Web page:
WET LEG – RESIDENT OUTSTORE, CHALK, BRIGHTON 9.4.22
Wet Leg have been on an upward trajectory since their debut single ‘Chaise Longue’, and its accompanying video, went viral in June 2021. Formed by friends Rhian Teasdale and Hester Chambers in the Isle of Wight in 2019, the duo has expanded with additional musicians for live work and signed a deal with Domino Records. Their guitar-driven post-punk sound is wilfully kooky, and they have the knack of writing insanely catchy hooks to accompany their idiosyncratic lyrics. Further successful singles have followed, and their eponymous debut album was released, to much acclaim, on 8th April 2022.
We catch them at Chalk venue for an outstore performance for Brighton record shop Resident. Tickets were sold bundled with pre-orders of the album. The event information for tonight’s show is a little sketchy. The band will be playing their set, probably about 40 minutes, at some unspecified time between doors opening at 6pm and the 10pm curfew. I bag my spot at the front and settle down to listen to DJ B*locks, That’s his name, by the way, not what I think of him. Fortunately, the music choices are eclectic and entertaining. We journey from Talking Heads, to sitar music and Bhangra beat, on to indie classics like the Arctic Monkeys, and cheesy film themes like ‘Ghostbusters’ juxtaposed with Joy Division. It’s quite a long wait before the band comes on at 8.40pm, but the time passes agreeably enough.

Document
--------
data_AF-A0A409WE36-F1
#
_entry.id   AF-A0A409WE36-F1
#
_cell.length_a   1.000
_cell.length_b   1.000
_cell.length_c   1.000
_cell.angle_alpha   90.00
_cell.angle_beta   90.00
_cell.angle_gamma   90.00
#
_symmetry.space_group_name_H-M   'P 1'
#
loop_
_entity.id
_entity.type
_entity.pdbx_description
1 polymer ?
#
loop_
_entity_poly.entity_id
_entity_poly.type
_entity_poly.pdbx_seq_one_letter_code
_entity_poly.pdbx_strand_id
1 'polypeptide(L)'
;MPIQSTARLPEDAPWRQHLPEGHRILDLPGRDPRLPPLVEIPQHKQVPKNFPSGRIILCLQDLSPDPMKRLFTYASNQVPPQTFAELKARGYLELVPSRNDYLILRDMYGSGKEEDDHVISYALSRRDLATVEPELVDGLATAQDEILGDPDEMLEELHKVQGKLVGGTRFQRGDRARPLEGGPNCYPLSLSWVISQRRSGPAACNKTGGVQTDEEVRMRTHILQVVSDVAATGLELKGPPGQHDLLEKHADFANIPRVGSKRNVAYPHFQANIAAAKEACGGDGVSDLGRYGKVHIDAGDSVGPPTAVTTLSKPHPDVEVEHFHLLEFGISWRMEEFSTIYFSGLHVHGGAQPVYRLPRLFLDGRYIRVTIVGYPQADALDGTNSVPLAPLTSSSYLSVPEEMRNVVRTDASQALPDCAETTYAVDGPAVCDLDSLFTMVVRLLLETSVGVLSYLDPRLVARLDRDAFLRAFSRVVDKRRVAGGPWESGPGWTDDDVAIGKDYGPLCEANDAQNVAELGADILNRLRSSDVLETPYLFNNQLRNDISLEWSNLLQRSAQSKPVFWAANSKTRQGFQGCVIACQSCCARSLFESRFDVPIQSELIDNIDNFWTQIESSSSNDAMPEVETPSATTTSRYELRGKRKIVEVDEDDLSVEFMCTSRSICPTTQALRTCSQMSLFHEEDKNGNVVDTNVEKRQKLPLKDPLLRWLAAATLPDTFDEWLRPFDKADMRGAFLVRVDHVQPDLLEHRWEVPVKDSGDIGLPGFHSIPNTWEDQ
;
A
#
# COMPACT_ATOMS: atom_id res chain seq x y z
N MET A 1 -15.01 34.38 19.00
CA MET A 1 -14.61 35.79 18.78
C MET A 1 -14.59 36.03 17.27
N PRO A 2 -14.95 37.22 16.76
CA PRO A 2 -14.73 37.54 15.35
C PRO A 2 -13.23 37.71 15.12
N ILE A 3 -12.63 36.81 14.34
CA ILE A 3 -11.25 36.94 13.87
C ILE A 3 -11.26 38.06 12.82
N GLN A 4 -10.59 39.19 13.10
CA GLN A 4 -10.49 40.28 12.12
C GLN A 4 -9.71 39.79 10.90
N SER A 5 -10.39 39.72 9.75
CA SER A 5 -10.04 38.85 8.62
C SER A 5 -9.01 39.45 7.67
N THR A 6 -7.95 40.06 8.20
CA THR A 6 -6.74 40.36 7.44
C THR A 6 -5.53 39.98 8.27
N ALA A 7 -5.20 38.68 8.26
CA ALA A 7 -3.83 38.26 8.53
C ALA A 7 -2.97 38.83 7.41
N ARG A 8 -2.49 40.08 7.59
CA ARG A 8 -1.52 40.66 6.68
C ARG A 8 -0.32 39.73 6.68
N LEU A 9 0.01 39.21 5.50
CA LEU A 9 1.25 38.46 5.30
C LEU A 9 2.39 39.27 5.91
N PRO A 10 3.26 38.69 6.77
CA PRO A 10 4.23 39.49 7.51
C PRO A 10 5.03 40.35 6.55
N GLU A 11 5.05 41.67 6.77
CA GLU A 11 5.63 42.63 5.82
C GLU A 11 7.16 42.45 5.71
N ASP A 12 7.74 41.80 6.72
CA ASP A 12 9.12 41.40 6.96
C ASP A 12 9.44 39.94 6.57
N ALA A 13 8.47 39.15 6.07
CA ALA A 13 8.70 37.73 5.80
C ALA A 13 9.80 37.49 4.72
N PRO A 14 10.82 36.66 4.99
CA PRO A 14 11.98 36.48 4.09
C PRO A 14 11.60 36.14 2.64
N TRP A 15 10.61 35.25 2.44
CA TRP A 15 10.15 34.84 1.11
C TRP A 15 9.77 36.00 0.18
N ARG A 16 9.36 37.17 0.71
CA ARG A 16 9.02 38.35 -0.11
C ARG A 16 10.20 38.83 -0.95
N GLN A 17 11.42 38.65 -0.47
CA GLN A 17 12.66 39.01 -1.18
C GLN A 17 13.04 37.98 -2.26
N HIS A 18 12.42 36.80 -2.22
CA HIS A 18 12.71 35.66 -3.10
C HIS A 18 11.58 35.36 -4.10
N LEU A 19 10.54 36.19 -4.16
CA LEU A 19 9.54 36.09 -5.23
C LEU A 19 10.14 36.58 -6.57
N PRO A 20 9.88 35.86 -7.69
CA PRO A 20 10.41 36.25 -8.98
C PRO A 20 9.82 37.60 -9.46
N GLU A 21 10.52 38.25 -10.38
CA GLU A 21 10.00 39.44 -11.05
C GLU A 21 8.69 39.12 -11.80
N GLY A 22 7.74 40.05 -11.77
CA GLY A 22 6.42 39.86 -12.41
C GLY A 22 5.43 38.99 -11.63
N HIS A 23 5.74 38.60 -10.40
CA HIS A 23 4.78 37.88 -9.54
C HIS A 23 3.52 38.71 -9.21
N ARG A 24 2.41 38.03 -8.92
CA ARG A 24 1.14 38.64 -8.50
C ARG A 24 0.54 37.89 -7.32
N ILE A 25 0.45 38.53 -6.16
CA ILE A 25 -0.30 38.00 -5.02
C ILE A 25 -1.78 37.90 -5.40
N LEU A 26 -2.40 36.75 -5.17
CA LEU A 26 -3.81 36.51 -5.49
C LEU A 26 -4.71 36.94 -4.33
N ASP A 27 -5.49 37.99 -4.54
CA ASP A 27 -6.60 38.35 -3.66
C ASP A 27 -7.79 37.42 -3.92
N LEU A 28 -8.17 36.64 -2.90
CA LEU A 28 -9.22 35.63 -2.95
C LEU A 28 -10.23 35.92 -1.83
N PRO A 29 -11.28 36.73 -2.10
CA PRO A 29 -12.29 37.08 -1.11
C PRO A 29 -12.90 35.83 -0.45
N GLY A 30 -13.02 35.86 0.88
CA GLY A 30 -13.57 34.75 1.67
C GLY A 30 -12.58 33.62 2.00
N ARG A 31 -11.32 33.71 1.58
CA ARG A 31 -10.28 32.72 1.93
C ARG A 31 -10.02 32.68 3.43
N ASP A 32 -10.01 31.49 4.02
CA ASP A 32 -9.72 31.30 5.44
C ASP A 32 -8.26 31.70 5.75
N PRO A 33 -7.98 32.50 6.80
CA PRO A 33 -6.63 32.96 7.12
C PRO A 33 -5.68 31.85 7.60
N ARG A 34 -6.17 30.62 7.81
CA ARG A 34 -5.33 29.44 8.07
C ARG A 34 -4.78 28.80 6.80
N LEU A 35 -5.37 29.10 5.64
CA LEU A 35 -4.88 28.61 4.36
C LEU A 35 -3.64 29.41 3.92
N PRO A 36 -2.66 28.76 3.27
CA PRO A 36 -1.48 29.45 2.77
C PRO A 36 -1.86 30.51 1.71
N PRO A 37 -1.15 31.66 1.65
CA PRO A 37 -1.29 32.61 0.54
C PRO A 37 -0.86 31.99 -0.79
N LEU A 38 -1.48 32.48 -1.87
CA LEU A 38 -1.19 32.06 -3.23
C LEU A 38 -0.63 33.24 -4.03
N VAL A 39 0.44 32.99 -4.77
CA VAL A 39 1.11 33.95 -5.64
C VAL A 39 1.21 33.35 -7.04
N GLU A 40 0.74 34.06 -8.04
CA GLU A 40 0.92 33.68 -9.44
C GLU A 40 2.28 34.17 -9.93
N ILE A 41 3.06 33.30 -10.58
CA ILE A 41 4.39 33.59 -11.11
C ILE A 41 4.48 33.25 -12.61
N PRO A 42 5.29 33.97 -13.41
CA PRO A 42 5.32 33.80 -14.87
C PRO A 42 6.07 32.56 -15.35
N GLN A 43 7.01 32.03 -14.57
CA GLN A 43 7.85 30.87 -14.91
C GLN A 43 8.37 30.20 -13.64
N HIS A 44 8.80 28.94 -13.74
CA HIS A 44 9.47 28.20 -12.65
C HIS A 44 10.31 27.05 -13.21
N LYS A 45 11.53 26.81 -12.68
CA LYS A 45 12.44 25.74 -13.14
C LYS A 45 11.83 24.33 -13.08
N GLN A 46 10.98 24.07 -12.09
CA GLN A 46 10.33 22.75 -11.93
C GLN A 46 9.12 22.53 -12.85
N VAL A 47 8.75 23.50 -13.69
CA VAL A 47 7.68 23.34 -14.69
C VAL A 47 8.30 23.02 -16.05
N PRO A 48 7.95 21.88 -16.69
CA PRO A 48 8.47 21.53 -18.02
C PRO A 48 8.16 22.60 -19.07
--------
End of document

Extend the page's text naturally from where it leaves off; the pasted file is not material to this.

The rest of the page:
Needless to say, the venue is full. It’s getting quite cosy at the front, with a palpable buzz of excited anticipation. There’s a huge cheer as Wet Leg take the stage to the strains of some gently bucolic Celtic folk music. Lead vocalist Rhian has a huge beaming smile, and her long brown hair cascades over the big puff sleeves of a very retro plaid dress that co-ordinates nicely with her blonde Telecaster guitar. Hester is more casually dressed in a T-shirt and cheerleader skirt, and wields a vintage Hofner. They are flanked by two fellow musicians, both long-haired and bearded. Josh, house left, has a Danelectro guitar strapped on and a small synth on a stand. Ellis is house right, on a blue Musicmaster bass. Drummer Henry’s kit is up on a riser between the backline amps. Like the flight cases the amps stand on, it is badged with the band’s logo.
With a stick-click count in, we’re off with the thudding bass and kick of album opener ‘Being In Love’. The verses are sparse, with staccato vocal, but the choruses really get going, overlaid with swirling wails of a synth tone that almost sounds like a Theremin. The crowd are loving it, and excitedly jumping up and down. ‘Convincing’ has a beautifully languid and floaty vibe, and Hester takes the lead vocal. She’s a little lost in the mix at first, although this is rectified fairly quickly, and there’s a dreamy playout with nicely twanging guitar.